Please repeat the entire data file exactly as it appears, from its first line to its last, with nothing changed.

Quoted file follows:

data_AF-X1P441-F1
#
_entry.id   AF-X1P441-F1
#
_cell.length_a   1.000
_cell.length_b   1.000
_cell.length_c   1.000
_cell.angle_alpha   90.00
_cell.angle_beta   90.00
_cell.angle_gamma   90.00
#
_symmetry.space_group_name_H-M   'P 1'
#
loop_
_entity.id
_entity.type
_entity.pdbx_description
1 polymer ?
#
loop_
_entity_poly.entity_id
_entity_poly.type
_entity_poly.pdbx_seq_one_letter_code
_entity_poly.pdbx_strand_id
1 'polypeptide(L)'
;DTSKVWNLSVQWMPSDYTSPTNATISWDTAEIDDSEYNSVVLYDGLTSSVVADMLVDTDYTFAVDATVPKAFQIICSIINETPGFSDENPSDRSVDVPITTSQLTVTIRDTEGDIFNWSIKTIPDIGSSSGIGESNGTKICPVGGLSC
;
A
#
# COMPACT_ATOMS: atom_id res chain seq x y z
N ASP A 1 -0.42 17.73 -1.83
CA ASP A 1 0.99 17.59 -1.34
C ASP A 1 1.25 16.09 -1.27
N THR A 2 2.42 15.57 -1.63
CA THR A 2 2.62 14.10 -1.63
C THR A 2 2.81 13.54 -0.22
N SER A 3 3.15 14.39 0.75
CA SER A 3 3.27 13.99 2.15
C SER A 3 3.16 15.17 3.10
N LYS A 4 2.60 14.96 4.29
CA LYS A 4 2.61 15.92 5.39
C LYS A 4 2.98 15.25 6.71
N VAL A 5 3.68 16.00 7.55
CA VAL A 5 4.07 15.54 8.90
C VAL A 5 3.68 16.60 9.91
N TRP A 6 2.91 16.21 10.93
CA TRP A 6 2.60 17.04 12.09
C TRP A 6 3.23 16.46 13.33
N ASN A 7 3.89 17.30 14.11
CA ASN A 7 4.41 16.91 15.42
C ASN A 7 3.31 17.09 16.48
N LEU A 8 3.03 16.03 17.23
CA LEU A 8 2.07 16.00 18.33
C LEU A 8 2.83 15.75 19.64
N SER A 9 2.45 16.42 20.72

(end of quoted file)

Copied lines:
data_AF-X1P441-F1
#
_entry.id   AF-X1P441-F1
#
_cell.length_a   1.000
_cell.length_b   1.000
_cell.length_c   1.000
_cell.angle_alpha   90.00
_cell.angle_beta   90.00
_cell.angle_gamma   90.00
#
_symmetry.space_group_name_H-M   'P 1'
#
loop_
_entity.id
_entity.type
_entity.pdbx_description
1 polymer ?
#
loop_
_entity_poly.entity_id
_entity_poly.type
_entity_poly.pdbx_seq_one_letter_code
_entity_poly.pdbx_strand_id
1 'polypeptide(L)'
;DTSKVWNLSVQWMPSDYTSPTNATISWDTAEIDDSEYNSVVLYDGLTSSVVADMLVDTDYTFAVDATVPKAFQIICSIINETPGFSDENPSDRSVDVPITTSQLTVTIRDTEGDIFNWSIKTIPDIGSSSGIGESNGTKICPVGGLSC
;
A
#
# COMPACT_ATOMS: atom_id res chain seq x y z
N ASP A 1 -0.42 17.73 -1.83
CA ASP A 1 0.99 17.59 -1.34
C ASP A 1 1.25 16.09 -1.27
N THR A 2 2.42 15.57 -1.63
CA THR A 2 2.62 14.10 -1.63
C THR A 2 2.81 13.54 -0.22
N SER A 3 3.15 14.39 0.75
CA SER A 3 3.27 13.99 2.15
C SER A 3 3.16 15.17 3.10
N LYS A 4 2.60 14.96 4.29
CA LYS A 4 2.61 15.92 5.39
C LYS A 4 2.98 15.25 6.71
N VAL A 5 3.68 16.00 7.55
CA VAL A 5 4.07 15.54 8.90
C VAL A 5 3.68 16.60 9.91
N TRP A 6 2.91 16.21 10.93
CA TRP A 6 2.60 17.04 12.09
C TRP A 6 3.23 16.46 13.33
N ASN A 7 3.89 17.30 14.11
CA ASN A 7 4.41 16.91 15.42
C ASN A 7 3.31 17.09 16.48
N LEU A 8 3.03 16.03 17.23
CA LEU A 8 2.07 16.00 18.33
C LEU A 8 2.83 15.75 19.64
N SER A 9 2.45 16.42 20.72